You might think that every cow in a herd is the same, but a UBC study suggests some cows are sadder than others.
Animal welfare researchers trained a group of 22 calves to expect that a bottle placed in a hole on one side of the room would contain milk, while one placed on the opposite side would only blow a puff of air into the calves’ muzzles.
Then, the researches placed a bottle in a hole between the ‘good’ and ‘bad’ bottles and watched to see which calves were willing to try and see if it had milk.
The researchers believed that the most optimistic calves would approach the new bottle even if it was placed near the empty bottle, while the pessimistic cows would avoid it in fear of getting the puff of air.
They found that although the calves all had different responses, each individual calf consistently made the same choice to either try or avoid the new bottle.
The calves varied in their responses, but individual calves remained consistent and made similar choices even three weeks apart. Researchers concluded that pessimism was a consistent individual trait, not just the result of temporary moods or emotions.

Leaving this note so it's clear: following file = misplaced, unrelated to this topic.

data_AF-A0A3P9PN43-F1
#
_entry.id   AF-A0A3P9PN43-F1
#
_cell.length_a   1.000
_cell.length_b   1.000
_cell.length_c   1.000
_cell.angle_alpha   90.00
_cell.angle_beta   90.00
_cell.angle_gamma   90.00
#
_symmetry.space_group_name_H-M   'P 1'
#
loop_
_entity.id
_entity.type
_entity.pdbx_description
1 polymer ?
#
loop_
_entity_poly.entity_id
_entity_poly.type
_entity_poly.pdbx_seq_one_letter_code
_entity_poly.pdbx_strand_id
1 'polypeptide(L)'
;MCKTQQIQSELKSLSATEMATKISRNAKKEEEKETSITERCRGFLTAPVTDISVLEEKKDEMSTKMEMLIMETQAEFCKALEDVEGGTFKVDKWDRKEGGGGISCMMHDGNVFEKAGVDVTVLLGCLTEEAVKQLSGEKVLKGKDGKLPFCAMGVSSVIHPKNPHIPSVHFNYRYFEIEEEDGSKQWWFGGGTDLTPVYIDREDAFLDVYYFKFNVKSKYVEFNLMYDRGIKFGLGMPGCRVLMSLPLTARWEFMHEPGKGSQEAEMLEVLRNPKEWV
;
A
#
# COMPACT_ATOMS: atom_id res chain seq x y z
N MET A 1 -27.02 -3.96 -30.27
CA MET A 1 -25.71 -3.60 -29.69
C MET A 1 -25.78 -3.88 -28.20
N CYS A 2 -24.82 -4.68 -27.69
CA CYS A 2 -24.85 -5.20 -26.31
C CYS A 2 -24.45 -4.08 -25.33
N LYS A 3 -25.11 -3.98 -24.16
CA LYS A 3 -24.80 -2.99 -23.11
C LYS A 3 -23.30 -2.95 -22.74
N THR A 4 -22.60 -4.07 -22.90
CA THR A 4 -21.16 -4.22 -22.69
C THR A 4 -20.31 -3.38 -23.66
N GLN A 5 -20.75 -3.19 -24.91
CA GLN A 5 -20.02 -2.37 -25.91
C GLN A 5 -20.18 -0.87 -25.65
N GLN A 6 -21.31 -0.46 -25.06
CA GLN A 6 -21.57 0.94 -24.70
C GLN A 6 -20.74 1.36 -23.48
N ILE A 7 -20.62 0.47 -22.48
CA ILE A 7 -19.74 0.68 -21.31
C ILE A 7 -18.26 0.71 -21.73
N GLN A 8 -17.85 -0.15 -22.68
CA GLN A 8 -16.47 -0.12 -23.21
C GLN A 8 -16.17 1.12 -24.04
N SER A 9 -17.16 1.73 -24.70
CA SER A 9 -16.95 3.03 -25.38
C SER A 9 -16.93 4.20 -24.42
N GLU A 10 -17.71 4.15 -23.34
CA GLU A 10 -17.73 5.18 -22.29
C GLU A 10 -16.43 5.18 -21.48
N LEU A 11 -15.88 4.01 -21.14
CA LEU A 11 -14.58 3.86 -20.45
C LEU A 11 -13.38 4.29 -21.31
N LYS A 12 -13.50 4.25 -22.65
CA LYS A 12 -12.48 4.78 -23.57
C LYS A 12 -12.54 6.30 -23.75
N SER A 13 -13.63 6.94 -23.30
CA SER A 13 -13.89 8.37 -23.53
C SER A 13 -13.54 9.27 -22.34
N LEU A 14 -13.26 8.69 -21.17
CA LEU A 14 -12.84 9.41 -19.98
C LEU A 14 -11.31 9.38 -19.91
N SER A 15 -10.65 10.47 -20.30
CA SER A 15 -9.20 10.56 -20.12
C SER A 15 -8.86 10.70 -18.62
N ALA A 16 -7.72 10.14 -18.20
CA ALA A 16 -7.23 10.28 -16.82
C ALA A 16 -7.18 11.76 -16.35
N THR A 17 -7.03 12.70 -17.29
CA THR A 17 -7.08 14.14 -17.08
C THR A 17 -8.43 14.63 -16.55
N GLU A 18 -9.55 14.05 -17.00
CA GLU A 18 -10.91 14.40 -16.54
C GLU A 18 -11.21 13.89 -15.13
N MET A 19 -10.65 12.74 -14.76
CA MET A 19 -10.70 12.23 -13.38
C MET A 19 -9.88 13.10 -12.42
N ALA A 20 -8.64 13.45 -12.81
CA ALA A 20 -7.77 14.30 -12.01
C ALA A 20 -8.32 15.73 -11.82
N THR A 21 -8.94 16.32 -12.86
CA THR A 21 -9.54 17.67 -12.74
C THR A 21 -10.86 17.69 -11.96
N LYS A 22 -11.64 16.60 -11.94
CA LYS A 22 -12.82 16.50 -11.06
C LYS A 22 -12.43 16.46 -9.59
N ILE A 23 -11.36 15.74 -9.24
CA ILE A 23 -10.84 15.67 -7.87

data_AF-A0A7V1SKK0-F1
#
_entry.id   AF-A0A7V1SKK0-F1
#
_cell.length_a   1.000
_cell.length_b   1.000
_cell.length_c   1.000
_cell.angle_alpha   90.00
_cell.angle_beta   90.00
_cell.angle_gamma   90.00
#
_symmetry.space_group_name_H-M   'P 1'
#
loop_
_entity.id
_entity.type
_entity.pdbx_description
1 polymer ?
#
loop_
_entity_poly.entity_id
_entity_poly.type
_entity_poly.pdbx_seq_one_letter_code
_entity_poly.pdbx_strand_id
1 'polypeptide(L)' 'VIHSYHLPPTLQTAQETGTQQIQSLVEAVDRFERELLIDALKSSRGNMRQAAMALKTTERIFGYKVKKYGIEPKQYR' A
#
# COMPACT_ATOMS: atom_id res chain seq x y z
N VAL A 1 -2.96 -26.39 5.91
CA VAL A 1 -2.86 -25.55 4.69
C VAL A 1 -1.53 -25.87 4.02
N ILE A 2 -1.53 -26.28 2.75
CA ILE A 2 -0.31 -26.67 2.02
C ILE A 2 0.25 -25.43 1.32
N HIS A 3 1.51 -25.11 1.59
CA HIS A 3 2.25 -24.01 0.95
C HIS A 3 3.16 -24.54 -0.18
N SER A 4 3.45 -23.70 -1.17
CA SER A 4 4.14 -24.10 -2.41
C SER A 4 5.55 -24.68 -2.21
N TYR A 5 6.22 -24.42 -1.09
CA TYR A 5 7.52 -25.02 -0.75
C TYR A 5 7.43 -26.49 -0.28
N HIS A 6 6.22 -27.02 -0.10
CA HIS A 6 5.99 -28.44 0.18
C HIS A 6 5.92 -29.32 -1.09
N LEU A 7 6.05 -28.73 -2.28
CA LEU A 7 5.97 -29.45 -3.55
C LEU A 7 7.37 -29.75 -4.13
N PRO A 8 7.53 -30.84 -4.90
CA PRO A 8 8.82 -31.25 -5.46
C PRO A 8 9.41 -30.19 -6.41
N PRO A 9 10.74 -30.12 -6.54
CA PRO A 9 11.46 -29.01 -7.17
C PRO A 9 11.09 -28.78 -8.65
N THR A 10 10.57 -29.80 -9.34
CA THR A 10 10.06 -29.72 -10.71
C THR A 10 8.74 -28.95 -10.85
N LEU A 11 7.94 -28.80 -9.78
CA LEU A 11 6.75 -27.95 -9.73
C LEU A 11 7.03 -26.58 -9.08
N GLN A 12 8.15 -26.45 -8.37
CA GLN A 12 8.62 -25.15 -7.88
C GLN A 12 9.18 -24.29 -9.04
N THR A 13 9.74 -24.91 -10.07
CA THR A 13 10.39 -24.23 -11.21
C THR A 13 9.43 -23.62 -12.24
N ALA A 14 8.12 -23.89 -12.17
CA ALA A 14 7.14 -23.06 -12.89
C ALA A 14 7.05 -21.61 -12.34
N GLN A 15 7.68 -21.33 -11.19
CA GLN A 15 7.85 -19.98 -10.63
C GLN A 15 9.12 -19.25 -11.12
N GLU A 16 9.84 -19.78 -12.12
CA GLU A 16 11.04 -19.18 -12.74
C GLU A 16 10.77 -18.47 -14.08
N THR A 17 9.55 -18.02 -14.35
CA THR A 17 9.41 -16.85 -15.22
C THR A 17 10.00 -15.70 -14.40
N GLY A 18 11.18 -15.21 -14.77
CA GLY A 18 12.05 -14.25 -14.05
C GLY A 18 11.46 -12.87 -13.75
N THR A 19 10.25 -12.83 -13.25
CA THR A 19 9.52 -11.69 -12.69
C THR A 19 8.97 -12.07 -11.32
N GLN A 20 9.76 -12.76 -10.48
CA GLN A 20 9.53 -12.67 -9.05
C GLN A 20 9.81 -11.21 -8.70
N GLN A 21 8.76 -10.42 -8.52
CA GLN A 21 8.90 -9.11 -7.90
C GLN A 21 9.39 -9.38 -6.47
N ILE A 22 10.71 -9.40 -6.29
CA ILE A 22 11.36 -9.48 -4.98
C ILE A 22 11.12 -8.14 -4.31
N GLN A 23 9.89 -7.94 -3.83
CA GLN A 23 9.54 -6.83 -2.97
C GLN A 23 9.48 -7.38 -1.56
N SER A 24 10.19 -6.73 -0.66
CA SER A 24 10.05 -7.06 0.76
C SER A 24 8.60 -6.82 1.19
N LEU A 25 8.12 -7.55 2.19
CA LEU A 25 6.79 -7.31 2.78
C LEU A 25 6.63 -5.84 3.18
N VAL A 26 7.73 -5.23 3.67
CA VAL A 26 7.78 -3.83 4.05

“Sometimes we are tempted to see only the herd, even though this herd consists of different individuals who cope differently with stressful events,” said PhD candidate Marina von Keyserlingk.
“It’s important to consider the individual’s perspective, because even if conditions are good on average, some animals may still suffer.”
Pessimistic cows were also more scared overall, the study suggests.
“Calves that were more fearful were also more likely to view the glass as half empty,” said von Keyserlingk.
The team will go on to study how farmers can ensure even the sad cows have happy lives.